Osage oranges evolved in tandem with the giant ground sloths that roamed the earth some 80 million years ago and considered its fruit a delicacy; the sloths became extinct about 10,000 years ago. The curious backstory of the Osage orange means the fruit is useless from an evolutionary standpoint, Mr. Marder said, “because the animals they were designed for, the animals that ate them and then pooped them out to spread their seeds have been around for a long time disappeared.”
This particular cultivar is called Cannonball because its fruit is two-thirds larger than regular Osage oranges, which means it’s two-thirds more useless, he added. The anachronism makes him happy. It is one of his favorite trees in the arboretum.
“It’s the idea that it doesn’t have a prescribed use, that the fruit leads this subversive existence where it rolls down hills and falls into parking lots, where it can be run over by cars or kicked by kids,” he said. “We propagated them to make an army of Osage oranges to incorporate into landscape designs and art installations.”
Mr. Marder grows his trees from cuttings, a method otherwise known as cloning, which means the new plant is genetically identical to its parent. It can be a tricky business, especially if you practice graft propagation, as Mr. Marder often does, splicing his cuttings onto rootstocks. He is also involved in topiary, having been inspired by the enchanting work of Pearl Fryarthe son of a waterman and former factory worker in Bishopville, SC, who turned his backyard into a famous sculpture garden by pruning discarded nursery shrubs into stunning shapes.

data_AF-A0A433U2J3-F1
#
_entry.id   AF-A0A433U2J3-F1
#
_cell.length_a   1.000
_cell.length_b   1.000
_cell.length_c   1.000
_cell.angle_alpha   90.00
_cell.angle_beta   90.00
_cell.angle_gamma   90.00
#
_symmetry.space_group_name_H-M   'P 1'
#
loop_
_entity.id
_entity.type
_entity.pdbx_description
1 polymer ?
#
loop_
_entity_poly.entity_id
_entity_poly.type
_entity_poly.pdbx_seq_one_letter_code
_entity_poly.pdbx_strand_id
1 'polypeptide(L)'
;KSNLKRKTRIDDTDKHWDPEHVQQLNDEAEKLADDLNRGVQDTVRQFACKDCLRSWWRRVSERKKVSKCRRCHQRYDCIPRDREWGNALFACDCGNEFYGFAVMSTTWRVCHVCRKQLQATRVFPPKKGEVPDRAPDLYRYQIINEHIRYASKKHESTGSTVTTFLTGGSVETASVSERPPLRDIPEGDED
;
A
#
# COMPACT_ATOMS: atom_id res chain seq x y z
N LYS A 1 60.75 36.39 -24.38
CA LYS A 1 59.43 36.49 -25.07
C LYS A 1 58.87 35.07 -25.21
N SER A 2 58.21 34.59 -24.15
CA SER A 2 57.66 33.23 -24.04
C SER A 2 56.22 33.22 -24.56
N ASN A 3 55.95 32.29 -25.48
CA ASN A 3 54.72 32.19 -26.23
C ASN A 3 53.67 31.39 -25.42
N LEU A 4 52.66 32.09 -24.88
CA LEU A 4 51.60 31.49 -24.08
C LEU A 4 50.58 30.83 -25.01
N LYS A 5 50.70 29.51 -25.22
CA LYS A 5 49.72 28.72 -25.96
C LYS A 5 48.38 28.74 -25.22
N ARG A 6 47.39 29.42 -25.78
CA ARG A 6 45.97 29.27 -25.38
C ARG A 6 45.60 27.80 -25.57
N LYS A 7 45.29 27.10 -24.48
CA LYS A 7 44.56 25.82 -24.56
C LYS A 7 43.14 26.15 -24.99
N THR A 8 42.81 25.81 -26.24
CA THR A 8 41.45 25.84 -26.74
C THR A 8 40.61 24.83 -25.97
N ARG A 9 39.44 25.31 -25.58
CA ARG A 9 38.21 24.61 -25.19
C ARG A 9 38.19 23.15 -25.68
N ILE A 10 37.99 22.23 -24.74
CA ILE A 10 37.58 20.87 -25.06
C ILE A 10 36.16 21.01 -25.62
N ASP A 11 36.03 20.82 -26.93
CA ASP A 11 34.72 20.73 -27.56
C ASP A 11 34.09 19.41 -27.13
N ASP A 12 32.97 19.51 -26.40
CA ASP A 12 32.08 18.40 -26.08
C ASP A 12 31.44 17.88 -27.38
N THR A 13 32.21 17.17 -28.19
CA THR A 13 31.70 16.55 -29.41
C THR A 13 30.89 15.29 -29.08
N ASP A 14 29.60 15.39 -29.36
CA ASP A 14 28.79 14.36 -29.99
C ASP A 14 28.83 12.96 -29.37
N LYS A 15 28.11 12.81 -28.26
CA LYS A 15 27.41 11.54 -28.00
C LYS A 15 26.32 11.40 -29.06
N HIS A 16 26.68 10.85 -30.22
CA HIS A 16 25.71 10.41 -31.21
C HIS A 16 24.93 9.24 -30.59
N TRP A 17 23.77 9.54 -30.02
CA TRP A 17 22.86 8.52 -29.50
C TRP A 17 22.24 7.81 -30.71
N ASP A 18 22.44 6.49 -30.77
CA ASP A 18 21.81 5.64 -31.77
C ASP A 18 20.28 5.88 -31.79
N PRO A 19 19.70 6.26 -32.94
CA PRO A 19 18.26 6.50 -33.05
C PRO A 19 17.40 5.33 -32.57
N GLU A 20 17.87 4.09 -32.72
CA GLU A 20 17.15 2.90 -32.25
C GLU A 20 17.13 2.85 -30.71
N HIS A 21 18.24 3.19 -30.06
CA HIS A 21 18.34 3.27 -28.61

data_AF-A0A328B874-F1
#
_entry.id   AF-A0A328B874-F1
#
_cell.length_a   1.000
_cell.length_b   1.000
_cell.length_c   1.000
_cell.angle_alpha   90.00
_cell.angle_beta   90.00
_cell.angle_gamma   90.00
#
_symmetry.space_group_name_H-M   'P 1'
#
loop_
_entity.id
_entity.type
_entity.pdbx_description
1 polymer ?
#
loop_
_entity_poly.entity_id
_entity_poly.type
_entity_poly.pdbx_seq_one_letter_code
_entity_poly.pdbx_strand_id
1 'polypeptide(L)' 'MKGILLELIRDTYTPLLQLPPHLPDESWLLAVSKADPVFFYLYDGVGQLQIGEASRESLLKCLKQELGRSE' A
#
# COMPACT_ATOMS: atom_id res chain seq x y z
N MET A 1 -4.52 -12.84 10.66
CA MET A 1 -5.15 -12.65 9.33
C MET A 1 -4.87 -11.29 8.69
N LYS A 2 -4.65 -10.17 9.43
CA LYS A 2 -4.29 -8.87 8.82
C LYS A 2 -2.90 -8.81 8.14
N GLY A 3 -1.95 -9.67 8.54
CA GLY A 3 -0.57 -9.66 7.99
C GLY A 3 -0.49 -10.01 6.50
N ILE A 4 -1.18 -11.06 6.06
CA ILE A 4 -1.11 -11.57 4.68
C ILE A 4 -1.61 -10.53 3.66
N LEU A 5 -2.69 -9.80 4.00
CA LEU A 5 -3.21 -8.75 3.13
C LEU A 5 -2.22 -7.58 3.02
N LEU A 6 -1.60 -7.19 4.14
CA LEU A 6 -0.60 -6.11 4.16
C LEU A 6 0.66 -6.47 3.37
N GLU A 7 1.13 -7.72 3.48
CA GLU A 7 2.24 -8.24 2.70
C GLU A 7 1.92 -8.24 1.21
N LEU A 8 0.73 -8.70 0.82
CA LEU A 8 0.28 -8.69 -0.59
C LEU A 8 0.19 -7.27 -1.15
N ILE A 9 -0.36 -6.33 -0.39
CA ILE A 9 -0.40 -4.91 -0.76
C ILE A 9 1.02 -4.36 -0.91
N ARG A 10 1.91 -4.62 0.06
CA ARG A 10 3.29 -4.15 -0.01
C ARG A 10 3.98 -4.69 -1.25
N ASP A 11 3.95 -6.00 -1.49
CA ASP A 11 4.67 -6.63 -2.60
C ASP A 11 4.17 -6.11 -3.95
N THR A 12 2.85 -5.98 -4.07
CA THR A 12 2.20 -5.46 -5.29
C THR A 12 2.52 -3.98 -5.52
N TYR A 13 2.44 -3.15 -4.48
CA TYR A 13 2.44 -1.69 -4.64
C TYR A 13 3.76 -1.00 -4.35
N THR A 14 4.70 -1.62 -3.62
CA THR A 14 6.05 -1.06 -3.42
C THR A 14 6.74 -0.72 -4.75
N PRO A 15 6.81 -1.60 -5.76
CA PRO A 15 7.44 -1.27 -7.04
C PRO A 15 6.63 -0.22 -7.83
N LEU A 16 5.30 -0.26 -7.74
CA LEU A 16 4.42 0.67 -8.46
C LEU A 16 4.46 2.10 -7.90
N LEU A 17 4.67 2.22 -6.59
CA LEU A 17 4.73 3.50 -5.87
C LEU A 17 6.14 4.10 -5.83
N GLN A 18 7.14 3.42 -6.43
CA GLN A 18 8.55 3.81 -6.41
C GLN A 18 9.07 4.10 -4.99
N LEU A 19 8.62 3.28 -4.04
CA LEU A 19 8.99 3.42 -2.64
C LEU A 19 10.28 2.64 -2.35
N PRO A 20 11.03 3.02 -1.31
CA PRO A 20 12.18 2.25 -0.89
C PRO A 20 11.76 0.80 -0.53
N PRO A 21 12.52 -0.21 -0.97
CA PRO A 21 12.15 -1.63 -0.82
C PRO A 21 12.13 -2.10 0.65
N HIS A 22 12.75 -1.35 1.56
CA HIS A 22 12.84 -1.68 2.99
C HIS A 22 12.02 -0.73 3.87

We wandered past a shaggy spruce trained by Mr. Marder; it resembled a gigantic leafy animal, like a woolly mammoth. A quintet of Serbian spruces swayed and twisted, their branches imitating the forest’s version of jazz hands. “I think they are the most charismatic conifers,” Mr. Marder said. Behind them, he split a sycamore sapling in two, and encouraged it to grow around a ring-shaped armature, a project he was very excited about.
“A tree with a hole in it!” he said. “We can jump poodles through it.”
Mr. Marder grew up on this property, which his grandparents bought in the 1950s. His parents, Kathleen and Charlie Marder, met in art school and returned to East Hampton in their early 20s. Charlie Marder sold firewood and fertilizer to pay the bills and in the mid-70s began working with Alfonso Ossorio, an eccentric artist and friend of the painters Lee Krasner and Jackson Pollock who bought a beech estate called the Creek.
Charlie helped Mr. Ossorio create what would become a world-renowned collection of rare plants and conifers. Charlie had a talent for trees, and before long he was the go-to guy for other wealthy tree collectors, like Ben Hellerthe art collector, and then, inevitably, all the East End machos – and Martha Stewart – who could afford to procure mature trees and move them around like garden ornaments.
Marders, the nursery and garden center Kathleen and Charlie opened in Bridgehampton in the early ’80s, is like a horticultural MoMA, with exquisitely curated plants and mature trees. Locals describe Charlie as the tree whisperer for his deep knowledge. But Tucker, Charlie said in a phone interview, “takes horticulture to a whole new level.”
Mr. Marder finds his trees in all sorts of ways. Some he persecutes; others are gifts, like the clone of the clone of the sycamore that grew on the Greek island of Cos under which Hippocrates taught medicine in approximately 460 BC It came to the United States in 1962, when the government of Greece gave a cut to the National Institutes of Health, which planted it on its grounds. When the tree started to get sick, the NIH asked David Milarch, the nurseryman turned climate change evangelist, to make a clone or two before it died.